A report on NAJHF 2000

by Mark D. Poss


The North American Jew's Harp Festival (NAJHF) is an annual retreat held for and by musicians to celebrate and preserve the art of making and playing the small instrument. Unusual instruments of all types are also welcomed and featured. Held every third weekend of August in the North-eastern Oregon village of Richland, the two day event draws musical pilgrims from around the continent and the world.

Info & Registration Booth
Info & Registration Booth

More information on the history of the festival may be found at: http://www.jewsharpguild.org/festindx.html



Being the soundman for the festival, I have a unique perspective from my perch on the sound-trailer above the crowd. The drawback is that I don't get to rub elbows with folks as much as I'd like, nor have the opportunity to take adequate notes. So I quietly observe. Keep track of my knobs and notes. And do my best to reconstruct it all later. This report is the result.

The 9th Annual North American Jew's Harp Festival

August 18,19 - 2000

To say that Richland, Oregon is remote is an accurate statement. But I refuse to say it's in the middle of nowhere... for the somewhere that it is, is wrapped in natural mountainous beauty and an envelope of silence which is broken only by the sounds of animals; the cry of coyotes, hoots of owls, screeches of night hawks, honks of passing geese. For the last six years a remarkable number of musicians have braved the trials of travel to escape to this location for a weekend of music and comradeship. This year, moderate temperatures, abundant sunshine, and total absence of rain, allowed for a near-perfect outdoor experience.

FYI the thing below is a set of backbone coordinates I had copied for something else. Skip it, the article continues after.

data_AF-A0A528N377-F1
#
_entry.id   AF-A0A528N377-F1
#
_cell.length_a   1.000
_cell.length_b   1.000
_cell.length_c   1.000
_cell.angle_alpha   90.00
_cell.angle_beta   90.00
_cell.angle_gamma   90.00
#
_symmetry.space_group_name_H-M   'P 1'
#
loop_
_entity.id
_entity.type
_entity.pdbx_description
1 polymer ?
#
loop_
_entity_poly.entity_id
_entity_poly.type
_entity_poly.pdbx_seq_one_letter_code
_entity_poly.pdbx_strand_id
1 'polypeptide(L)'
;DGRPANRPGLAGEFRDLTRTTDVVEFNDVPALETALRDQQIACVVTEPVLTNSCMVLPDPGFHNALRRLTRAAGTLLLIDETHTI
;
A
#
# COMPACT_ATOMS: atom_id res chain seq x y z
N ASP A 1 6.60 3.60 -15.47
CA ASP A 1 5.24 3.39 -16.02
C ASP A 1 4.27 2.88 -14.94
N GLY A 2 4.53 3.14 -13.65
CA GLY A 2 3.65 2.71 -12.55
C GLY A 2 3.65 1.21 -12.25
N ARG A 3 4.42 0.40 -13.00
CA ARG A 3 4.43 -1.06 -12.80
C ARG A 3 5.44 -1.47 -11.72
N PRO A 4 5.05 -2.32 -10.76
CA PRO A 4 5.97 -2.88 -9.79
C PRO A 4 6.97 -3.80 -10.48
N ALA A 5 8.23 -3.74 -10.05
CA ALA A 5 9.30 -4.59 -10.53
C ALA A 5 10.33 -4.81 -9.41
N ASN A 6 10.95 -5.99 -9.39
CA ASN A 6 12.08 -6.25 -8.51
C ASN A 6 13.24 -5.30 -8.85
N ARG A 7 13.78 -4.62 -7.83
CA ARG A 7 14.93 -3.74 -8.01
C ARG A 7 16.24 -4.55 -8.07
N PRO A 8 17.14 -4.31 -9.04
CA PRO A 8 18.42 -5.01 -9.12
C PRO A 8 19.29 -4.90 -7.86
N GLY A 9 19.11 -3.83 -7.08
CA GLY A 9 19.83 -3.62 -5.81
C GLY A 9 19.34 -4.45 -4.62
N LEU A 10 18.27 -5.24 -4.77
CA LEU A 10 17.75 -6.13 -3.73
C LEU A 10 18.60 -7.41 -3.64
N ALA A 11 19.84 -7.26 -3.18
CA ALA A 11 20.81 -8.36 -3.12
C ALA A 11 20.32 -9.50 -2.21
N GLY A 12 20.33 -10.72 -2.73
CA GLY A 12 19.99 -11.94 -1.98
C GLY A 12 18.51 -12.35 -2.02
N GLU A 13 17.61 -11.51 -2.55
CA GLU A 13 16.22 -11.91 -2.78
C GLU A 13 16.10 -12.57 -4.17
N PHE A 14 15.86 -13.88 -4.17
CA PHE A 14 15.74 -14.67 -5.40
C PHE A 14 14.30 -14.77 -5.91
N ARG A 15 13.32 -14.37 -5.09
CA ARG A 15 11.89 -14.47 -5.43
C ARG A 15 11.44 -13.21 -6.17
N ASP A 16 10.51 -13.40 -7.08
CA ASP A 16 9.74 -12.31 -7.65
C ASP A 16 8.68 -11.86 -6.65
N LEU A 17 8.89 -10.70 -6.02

Unusual Instruments Day

 Ray Jacobs' Cardboard Instruments
^ Ray Jacobs &
cardboard instruments >
An official total of forty-two musicians performed during the "Unusual Instruments Day" on Friday, and "Jew's Harp Day" on Saturday. I suspect that there were a dozen or more additional players present. Open-mic performances commenced at noon on Friday and continued non-stop until dinner break at five p.m. Amongst those performing were Ray Jacobs of Montana who builds and plays a variety of instruments built primarily, or exclusively, of cardboard. Most notable of these instruments was an acoustic dreadnought guitar which is loud and easily mic'd. Its tone and playabiliy had folks awestruck.
 Ray Jacobs
Dave Bellinger (kalimbas@spiritone.com) of Portland, OR., impressed us all with his array of electric kalimbas, and an instrument he calls a Violimba. The Violimba is made from steel-strap(s) on a kalimba shell and is bowed. Its eerie sound is captured by a piezo element. Dave also introduced us to his salad bowl bass and other "found-object" creations. He offered all these instruments for examination at his battery powered "Instrument Petting Zoo."

Dave Bellinger's "Wild Instrument Petting Zoo"
Dave Bellinger's "Wild Instrument Petting Zoo"

Musical saws were represented by well known sawyer Allan deLay of Portland, OR. and Rick Myers, also of Portland. Both are virtuosos and delighted the crowd with their sweet-sounding skills. Rick also plays guitar and banjo and provided a great amount of energy throughout the event.
Alan deLay
Alan deLay
Rick Myers & Larry Hanks
Rick Myers & Larry Hanks

John Palmes (johnpalmes@gci.net) of Juneau, Alaska made the long trek to perform on MouthBow and conduct a mouthbow workshop. He was joined by Jon Faddis of Seattle and Wayland Harman of Boise. Wayland also demonstrated some of his new projects: globular didjeridu, cubular didjeridu, horn-in-a-can water didjeridu, and the "parrot" in-the-mouth microphone.